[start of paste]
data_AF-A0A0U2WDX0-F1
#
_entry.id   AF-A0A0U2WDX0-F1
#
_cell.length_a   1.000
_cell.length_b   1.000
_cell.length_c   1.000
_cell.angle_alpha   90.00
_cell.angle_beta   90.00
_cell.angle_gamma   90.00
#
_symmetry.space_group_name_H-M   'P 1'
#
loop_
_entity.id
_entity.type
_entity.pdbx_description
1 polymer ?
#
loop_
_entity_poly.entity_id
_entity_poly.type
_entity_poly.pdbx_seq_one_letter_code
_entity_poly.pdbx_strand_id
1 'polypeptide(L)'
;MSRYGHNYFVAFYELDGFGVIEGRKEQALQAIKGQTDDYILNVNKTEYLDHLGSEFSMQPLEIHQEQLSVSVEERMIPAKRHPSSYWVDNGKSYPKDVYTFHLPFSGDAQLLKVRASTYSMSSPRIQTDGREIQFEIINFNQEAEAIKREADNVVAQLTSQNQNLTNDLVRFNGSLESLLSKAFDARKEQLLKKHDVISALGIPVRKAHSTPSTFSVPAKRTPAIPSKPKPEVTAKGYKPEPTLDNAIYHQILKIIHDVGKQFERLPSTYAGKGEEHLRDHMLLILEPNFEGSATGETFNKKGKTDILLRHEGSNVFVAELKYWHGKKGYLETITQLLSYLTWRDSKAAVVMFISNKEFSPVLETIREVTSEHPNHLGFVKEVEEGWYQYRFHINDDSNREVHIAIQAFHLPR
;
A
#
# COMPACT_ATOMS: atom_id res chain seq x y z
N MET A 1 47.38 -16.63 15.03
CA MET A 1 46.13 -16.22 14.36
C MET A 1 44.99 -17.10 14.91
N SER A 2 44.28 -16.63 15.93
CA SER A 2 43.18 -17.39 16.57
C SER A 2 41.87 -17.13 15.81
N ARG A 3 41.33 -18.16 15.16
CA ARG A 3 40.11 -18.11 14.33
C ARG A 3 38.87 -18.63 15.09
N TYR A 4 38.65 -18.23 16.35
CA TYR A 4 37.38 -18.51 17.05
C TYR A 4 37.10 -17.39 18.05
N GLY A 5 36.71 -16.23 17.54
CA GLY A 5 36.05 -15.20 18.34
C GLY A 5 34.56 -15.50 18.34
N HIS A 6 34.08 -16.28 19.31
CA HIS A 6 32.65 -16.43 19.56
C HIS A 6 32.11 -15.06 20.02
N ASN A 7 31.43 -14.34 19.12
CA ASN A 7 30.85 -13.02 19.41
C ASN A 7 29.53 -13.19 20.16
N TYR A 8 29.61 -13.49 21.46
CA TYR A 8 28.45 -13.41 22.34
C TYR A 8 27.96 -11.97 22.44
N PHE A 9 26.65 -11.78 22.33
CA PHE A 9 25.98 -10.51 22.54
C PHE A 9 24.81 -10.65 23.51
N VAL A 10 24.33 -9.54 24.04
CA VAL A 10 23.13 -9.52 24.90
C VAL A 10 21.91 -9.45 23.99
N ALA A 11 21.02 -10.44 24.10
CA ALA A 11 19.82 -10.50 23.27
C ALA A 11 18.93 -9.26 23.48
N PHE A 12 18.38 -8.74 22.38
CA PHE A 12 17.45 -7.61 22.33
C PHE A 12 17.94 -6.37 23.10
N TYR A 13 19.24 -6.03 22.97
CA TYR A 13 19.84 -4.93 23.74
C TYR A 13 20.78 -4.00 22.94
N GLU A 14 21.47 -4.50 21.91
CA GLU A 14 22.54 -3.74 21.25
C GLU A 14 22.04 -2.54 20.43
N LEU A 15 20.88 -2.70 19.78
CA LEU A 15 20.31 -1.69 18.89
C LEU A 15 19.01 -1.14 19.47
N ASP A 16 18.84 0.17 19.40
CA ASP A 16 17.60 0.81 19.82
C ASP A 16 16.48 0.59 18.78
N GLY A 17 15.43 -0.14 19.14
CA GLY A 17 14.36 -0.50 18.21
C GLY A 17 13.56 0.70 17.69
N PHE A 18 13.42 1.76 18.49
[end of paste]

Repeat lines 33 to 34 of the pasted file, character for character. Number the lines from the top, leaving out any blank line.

C MET A 1 44.99 -17.10 14.91
N SER A 2 44.28 -16.63 15.93